(For a little pre-reading reading, check out this great article on MLB.com )
Time for a little bragging! Since I started doing baseball writing, Based on swing mechanics, I have shown
- Why Josh Reddick struggles against fastballs (here and here)
- Why Jemile Weeks struggles with the bat (here)
- Why the Giants' Brandon Crawford SLG was going to drop (here)
- Why Josh Donaldson was going to have a big 2013 (here)
- Why Oakland should trade Grant Green (here, jury still out but looking pretty good)
- The differences in Yoenis Cespedes' swing from 2012 and 2013 (here) - I may have to check Cespedes' swing considering is better play lately.
One prediction I did not make, which I would have gotten 100% wrong, is Brandon Moss.
When Moss signed with the Athletics on a minor league deal in December 2011, it wasn't greeted with much fanfare. Moss' tenure consisted of a two seasons at the majors in 2008 and 2009 with less than stellar numbers, and two good years (2010 and 2011) in the minors. Even though he showed power potential in the 2011 AAA season with 23 homeruns, the Phillies let him go, no doubt influenced by the 25% strikeout ratio. Phillies general manager Ruben Amaro Jr. remarked "We just don't feel Brandon can hit a Major League fastball."
The rest is history. Moss had a good 2012 spring training, raked at AAA Sacramento, then was promoted June 6 and has been mashing homeruns ever since. Yet on that June day, I would have been more than happy to show you why Moss would not be successful. Here's why.
I would have shown one of Moss' homerun swings.
Then made a few key points. Moss starts with an open stance then strides to the toe-touch position below.
Moss is good, but not great here. He is setting up his lower body really well, but hasn't set up his upper body for much power (I know, just wait).
Here is Moss at lag, or more appropriately, drag position. Brandon Moss has bat drag. Bat drag is getting the rear arm working too early and too dominantly. The check point for bat drag is to see if the rear elbow leads the hands at the rear hip. Bat drag is simply a symptom of an out-of-sequence swing. Basically using all the low leverage body parts first, instead of later when the swing has momentum. Bat drag is the single biggest flaw in hitting a baseball. For instance, the 11-12 year old Little League team I helped coach this last year, 13 of the 14 kids had some degree of bat drag. And yes, the one kid who didn't was the best hitter. Bat drag costs hitters bat speed and especially power. Just look at the position Moss is in. To me, it looks like he is just going to slap it into left field. It doesn't look like there is any way this is going to turn into a 400 ft. bomb.
At contact, Moss has got the bat through, but his power zone is pretty small because of the bat drag. He doesn't get bat speed up until nearly the end of his swing.
Then I would have shown a few more shots from the lag position to show Moss has a consistent bat drag problem.
Then I would have provided the following recommendation: Though Brandon Moss displays very good lower body function, the consistent bat drag problem leads me to believe he will struggle against MLB pitching. The rear elbow movement will leave him susceptible to inside pitching, pitchers who can vary speeds (fastball, curveball), and especially against LHP.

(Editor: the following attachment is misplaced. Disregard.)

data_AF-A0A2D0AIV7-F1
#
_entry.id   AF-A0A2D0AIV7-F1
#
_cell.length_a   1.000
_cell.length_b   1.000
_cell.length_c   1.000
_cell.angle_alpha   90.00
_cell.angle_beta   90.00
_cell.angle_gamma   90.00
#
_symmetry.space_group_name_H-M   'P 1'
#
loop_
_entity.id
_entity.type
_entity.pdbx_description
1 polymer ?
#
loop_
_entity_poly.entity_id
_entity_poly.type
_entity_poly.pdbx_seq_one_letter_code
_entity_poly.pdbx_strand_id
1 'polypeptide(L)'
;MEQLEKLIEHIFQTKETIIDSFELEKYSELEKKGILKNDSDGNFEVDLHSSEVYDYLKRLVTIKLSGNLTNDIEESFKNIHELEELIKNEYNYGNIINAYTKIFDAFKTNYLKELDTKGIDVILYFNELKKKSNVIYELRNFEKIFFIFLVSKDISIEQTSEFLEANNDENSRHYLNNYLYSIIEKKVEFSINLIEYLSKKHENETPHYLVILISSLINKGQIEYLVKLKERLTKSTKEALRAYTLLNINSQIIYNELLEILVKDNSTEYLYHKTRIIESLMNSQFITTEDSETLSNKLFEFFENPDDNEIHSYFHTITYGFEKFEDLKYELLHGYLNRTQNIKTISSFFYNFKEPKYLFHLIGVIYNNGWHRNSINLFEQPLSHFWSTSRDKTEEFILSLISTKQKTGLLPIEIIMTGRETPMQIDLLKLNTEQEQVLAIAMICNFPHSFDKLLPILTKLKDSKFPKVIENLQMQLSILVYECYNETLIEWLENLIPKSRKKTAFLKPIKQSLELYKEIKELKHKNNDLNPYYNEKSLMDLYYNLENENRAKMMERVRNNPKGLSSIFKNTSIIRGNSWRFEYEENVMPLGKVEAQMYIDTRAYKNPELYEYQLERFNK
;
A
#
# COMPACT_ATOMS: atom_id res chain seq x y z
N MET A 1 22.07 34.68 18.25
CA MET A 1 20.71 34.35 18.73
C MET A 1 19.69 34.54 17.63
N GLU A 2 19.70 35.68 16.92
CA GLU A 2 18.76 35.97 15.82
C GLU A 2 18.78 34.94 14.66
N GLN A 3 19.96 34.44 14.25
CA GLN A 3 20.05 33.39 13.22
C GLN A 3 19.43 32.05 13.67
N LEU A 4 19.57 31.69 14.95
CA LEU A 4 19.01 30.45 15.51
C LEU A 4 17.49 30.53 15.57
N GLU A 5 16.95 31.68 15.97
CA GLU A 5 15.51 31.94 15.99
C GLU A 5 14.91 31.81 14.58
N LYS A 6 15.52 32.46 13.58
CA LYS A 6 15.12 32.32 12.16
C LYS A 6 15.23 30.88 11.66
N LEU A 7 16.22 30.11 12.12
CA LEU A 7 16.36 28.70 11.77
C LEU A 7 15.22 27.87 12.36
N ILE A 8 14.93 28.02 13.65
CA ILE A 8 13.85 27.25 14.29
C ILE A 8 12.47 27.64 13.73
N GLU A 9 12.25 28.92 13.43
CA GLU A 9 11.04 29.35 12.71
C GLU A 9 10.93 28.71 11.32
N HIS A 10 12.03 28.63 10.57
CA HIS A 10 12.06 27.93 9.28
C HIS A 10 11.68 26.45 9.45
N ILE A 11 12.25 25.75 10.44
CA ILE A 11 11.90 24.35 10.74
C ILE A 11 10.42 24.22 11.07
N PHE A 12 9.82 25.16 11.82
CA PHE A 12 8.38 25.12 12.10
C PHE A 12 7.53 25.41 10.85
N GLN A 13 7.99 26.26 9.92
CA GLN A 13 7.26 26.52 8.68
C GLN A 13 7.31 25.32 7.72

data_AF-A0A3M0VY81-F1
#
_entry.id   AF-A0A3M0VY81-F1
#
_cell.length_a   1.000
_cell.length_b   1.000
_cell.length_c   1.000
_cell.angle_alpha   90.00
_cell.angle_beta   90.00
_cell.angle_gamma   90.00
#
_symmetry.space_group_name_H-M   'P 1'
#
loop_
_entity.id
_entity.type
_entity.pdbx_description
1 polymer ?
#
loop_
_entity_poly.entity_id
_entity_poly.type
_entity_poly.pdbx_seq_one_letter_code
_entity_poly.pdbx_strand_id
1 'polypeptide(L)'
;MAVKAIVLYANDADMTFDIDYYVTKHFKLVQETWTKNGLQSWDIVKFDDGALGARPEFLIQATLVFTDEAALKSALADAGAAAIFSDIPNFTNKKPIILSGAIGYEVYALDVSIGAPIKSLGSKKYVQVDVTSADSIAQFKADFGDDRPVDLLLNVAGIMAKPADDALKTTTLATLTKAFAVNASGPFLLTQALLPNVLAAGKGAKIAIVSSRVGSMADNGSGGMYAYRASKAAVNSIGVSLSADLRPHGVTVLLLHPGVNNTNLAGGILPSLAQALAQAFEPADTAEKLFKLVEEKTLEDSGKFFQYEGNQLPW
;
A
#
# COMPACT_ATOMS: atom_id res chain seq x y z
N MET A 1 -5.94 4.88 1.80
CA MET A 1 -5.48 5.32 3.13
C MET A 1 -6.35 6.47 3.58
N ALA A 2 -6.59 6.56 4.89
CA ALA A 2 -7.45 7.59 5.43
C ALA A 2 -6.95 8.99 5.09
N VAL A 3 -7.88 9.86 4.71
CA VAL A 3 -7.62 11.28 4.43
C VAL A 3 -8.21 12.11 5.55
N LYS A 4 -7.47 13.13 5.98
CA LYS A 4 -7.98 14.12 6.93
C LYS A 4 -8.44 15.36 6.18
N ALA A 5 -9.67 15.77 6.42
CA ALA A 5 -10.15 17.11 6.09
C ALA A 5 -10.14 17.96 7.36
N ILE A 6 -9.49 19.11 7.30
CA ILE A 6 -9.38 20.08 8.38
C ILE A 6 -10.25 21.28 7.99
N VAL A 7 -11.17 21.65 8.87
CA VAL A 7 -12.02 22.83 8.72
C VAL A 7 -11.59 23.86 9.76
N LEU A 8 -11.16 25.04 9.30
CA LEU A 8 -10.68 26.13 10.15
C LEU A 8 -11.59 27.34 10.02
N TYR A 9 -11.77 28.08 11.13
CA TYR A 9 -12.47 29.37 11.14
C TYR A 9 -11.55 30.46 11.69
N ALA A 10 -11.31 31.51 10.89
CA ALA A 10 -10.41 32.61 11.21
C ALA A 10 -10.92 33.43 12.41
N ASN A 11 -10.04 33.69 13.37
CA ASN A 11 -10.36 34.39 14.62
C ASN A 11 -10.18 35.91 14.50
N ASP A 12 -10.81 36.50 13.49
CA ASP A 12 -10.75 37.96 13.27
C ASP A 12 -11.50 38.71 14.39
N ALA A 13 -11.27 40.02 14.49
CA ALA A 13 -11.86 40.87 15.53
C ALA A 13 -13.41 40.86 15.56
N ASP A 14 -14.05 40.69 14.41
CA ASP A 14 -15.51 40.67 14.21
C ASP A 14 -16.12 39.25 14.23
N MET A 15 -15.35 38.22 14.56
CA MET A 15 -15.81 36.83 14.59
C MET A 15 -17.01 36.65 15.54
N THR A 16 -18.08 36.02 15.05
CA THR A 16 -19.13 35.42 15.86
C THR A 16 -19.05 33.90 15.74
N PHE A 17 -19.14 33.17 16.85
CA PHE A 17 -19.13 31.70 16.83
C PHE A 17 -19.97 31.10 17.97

Ouch. That would have been bad. Moss has consistently shown the ability to hit inside pitching, eats fastballs for breakfast, has not shown severe weakness to off-speed stuff, and well, the jury is still out against LHP (LOTS of strikeouts, but pretty good power when he hits it).
Now that we know that I would have been wrong, we can try to explain how Moss does it. You might think, "Jerry, maybe bat drag just isn't that bad?" Wrong! It is horrible. Check out Donaldson, Cespedes, and Lowrie in the same position. Much, much better. Bat lag is hitting death. The only other hitter I can think of who is successful with bat drag is (gulp) Derek Jeter (and he truthfully may not have bat drag. Jeter's swing is so funky it is hard to classify). I am not wrong in saying bat drag is bad, but Moss is able to overcome it. Moss is definitely an example of function over form.
One reason is his strength. I have never worked out with the guy, but by all reports he is a pretty strong dude. Another reason is (as I mentioned) his really good lower body function. I always tell hitters lower body function is critical, and Moss definitely makes that point. Another possibility is that Moss is some form of cyborg, simply immune to swing restrictions normal humans fall victim.
I think the biggest reason Moss is able to achieve success is extreme trust in what he does: swing hard. He doesn't beat himself up if he swings out of his shoes and strikes out, in fact, I doubt he cares. Moss is going up there with the sole purpose of blasting the ball into Mt. Davis. He believes in what he can do and does not stray from that. As any hitter will tell you, confidence at the plate is just as important as how you swing the bat.
Does this mean Moss has changed my view on bat drag? Absolutely not! I still blame Moss' swing for hits bouts of streakiness (when the travel or wear or nagging injuries catch up, I believe it will impact his swing more than others). And Moss is definitely the outlier (like Jeter). But I am a Moss believer. I believe he should be hitting 4th against righties, but probably getting the majority of the time against lefties off (I am still not convinced on that one).
I did learn one very valuable lesson with Brandon Moss: Some of your best predictions are the ones you don't make.
Now the question becomes whether or not Oakland should lock-up Brandon Moss long term. I say give him a 3-year deal. (Moss' side bargains up from 2 years with 3rd a club option). Hopefully I will be right about this one.